A Big Hand For The Doctor

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Chris Morley joins in with a big hand for the First Doctor.


Your point of view on whether or not established principles of continuity can & should be played with will no doubt inform just how much you actually enjoy Eoin Colfer's A Big Hand For The Doctor.



The Irishman, who penned the Artemis Fowl series & indeed beat off competition from Charlie Higson (who was left with the admittedly not bad consolation prize of writing for the Ninth Doctor in the same 12 Doctors, 12 Stories having been keen to write for either the man who kicked off Doctor Who in the first place or the man who brought it back in 2005) to write a tale for William Hartnell's First Doctor.

Why opt for a return to the very beginning? As the author told the Guardian,
"I chose the First Doctor because I always imagined him to be a crank who was jaded by the Universe's cruelty rather than amazed by its wonders.

There was no naivety about him whatsoever. He had seen far more in his life than he ever wanted to, and his fight against evildoers was dogged and not punctuated by repartee.

The First Doctor's companion was his granddaughter Susan and her love for her granddad was perhaps the purest thing in his world, and something he was prepared to protect fiercely."

In investigating that he invites us into the rarely glimpsed period pre-An Unearthly Child, which on this occasion finds the white haired young grump & granddaughter Susan in the London of the 1900s as he undergoes a spot of surgery to replace one of his hands, lost in a previous battle with the Soul Pirates - who return here. Somewhere a young JM Barrie is watching....

And with good reason. The Doctor's scrap with the captain who originally pinched his replaced limb is implied to later serve as inspiration for Peter Pan's duel with Captain Hook, one of many allusions to that particular classic of children's literature. Consider also the Pirates' motto We Never Land. Their business here is a little grisly!

For they would appear to be little more than organ harvesters, pinching body parts to replace their own. Victims are lured to them by a soporific beam - putting them into a dreamlike state while they wait to be parted from their bodies. The dream sequences here offer tantalising glimpses of life pre-fleeing Gallifrey for both young Ms Foreman & her dear old grandad, she telling him she's going to see "mummy" as he's too late to stop her attempting to save two small children from the Pirates - though we never find out who her mother might be.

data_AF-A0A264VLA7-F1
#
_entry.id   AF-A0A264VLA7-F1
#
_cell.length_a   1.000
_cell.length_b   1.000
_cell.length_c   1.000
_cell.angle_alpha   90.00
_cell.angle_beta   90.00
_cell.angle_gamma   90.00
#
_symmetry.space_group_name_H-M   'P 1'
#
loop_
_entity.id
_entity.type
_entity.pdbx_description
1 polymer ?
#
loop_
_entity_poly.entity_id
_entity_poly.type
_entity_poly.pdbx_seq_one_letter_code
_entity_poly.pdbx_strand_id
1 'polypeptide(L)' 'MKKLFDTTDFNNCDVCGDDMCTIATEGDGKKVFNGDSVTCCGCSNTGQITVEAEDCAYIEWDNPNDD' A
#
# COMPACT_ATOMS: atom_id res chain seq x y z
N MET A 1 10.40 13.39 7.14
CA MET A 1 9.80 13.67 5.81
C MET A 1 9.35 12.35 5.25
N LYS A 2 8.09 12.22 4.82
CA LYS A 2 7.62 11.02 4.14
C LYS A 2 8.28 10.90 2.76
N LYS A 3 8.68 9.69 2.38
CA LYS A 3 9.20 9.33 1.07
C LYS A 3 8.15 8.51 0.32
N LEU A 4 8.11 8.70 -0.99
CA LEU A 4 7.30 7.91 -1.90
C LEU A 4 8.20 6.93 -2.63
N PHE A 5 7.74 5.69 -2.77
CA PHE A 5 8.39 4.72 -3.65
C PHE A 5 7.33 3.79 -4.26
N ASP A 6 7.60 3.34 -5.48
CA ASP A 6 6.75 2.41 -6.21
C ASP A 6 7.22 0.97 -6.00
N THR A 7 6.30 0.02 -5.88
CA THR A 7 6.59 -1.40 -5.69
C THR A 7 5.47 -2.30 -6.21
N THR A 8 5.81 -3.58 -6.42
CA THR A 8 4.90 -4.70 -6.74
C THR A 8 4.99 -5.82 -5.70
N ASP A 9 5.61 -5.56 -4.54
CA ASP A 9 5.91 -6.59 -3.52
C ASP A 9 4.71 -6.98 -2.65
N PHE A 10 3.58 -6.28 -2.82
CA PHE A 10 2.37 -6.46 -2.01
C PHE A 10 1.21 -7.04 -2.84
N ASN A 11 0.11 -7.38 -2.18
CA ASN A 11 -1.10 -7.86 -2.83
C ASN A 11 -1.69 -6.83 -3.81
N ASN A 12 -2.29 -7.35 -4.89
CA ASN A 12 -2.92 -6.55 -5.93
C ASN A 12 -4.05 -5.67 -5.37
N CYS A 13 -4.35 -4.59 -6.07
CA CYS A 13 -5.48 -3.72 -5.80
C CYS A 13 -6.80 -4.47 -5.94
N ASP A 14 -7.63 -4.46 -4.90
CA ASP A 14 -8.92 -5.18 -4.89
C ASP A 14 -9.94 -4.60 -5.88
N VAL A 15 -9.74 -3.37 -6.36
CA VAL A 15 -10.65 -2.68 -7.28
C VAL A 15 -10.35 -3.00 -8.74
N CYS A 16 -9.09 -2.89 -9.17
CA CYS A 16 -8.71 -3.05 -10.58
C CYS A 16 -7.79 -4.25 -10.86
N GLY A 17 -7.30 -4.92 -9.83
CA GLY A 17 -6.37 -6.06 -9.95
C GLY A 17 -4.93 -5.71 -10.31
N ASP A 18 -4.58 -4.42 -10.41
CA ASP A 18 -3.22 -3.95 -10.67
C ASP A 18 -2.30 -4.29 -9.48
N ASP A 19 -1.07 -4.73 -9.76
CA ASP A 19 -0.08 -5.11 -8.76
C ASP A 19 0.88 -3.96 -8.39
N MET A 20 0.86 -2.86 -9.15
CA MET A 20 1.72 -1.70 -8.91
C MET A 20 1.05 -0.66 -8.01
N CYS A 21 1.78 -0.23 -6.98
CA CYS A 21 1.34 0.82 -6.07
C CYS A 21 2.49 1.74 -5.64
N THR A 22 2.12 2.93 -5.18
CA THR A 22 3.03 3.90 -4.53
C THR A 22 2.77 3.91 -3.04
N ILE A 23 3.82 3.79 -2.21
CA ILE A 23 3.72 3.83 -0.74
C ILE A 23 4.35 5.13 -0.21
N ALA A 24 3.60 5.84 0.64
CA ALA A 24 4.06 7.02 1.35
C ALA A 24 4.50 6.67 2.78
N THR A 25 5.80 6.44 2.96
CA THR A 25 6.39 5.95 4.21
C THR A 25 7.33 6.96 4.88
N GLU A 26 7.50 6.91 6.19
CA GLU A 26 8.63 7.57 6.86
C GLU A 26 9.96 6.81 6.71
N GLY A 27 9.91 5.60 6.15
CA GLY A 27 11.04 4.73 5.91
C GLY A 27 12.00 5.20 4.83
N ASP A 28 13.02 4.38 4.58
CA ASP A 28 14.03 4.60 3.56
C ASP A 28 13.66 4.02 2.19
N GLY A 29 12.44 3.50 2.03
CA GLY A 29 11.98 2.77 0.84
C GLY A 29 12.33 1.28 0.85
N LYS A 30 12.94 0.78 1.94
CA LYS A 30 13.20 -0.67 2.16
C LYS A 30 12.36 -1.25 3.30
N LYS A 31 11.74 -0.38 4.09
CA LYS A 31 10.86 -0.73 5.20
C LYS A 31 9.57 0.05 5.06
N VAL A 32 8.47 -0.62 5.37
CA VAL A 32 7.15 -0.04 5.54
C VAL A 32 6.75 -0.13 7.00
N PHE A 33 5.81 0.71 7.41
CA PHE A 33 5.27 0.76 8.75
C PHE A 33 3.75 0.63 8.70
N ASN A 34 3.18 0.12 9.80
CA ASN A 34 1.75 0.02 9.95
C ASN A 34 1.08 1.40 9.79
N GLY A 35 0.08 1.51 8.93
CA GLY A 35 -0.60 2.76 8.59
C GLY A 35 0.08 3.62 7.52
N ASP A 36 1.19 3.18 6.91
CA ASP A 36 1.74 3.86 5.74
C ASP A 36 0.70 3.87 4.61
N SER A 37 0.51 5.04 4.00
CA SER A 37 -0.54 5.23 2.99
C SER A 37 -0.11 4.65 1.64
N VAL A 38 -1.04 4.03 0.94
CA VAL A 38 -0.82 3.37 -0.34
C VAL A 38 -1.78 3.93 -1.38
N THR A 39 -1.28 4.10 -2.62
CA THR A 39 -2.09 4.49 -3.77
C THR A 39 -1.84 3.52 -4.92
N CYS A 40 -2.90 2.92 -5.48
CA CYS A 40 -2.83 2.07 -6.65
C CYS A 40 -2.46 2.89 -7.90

For him there's a memory of his own mother, who asks her son all about his adventures across time & space since fleeing their native corner of the constellation of Kasterborus. Before he can answer, though, he snaps out of it & does what he does best, saving the day even after cursing the fact that he isn't the tall one with the dicky bow yet, noting not without humour that all that running down corridors will keep him fit.

Some may feel that that detracts somewhat from the feel of things - not unreasonably you might expect a story featuring a Classic Who Doctor not to stray into territory firmly staked by New Who. He even has a gadget of sorts in the form of a wrist communicator, allowing him to receive messages from Susan however late they arrive having been delayed by signal problems. Whether it's attached to his one remaining natural biological wrist isn't revealed, though the bionic replacement is implied to look a little girly & a bit too big! How he lost the real one could be seen as yet another retrospective reference to New Who - a sword fight!



DOCTOR: You cut my hand off.
SYCORAX: Ya! Sycorax!
DOCTOR: And now I know what sort of man I am. I'm lucky. Because quite by chance I'm still within the first fifteen hours of my regeneration cycle, which means I've got just enough residual cellular energy to do this....
SYCORAX: Witchcraft.
DOCTOR: Time Lord.
Indeed, having admitted to being introduced to his subject initially through Target novelisations many years before actually getting around to watching the television series, you might start to wonder if Eoin Colfer's viewing consisted solely of episodes from 2005 onwards.

The defeated Higson was gracious enough to lavish praise on the victor in the quest to write for old Bill. In a separate Guardian interview to promote the anthology he would say that,
"I would have loved to write the William Hartnell story and kick off the series, but the brilliant Eoin Colfer beat me to it and got the gig. And I really think he did in some style."
Cementing this writerly love-in, Higson's The Beast Of Babylon finds the Ninth Doctor remarking to Karkinian companion Ali that he once had a hand similar to hers - ie the bionic one- in "a body far away." A body which will eventually wear a bit thin, paving the way for the first instance of the regenerative process which will eventually give him bigger ears & a leather jacket to replace his original rather Victorian ensemble, which is implied here to have been chosen by the TARDIS's computer systems to allow him to blend in.

Incidentally the original is terrified at the prospect of a change of face/personality, a fact established in Ten Little Aliens from the 50th anniversary novel reprint selection - fittingly that's where we head next. Back to the ship, child!

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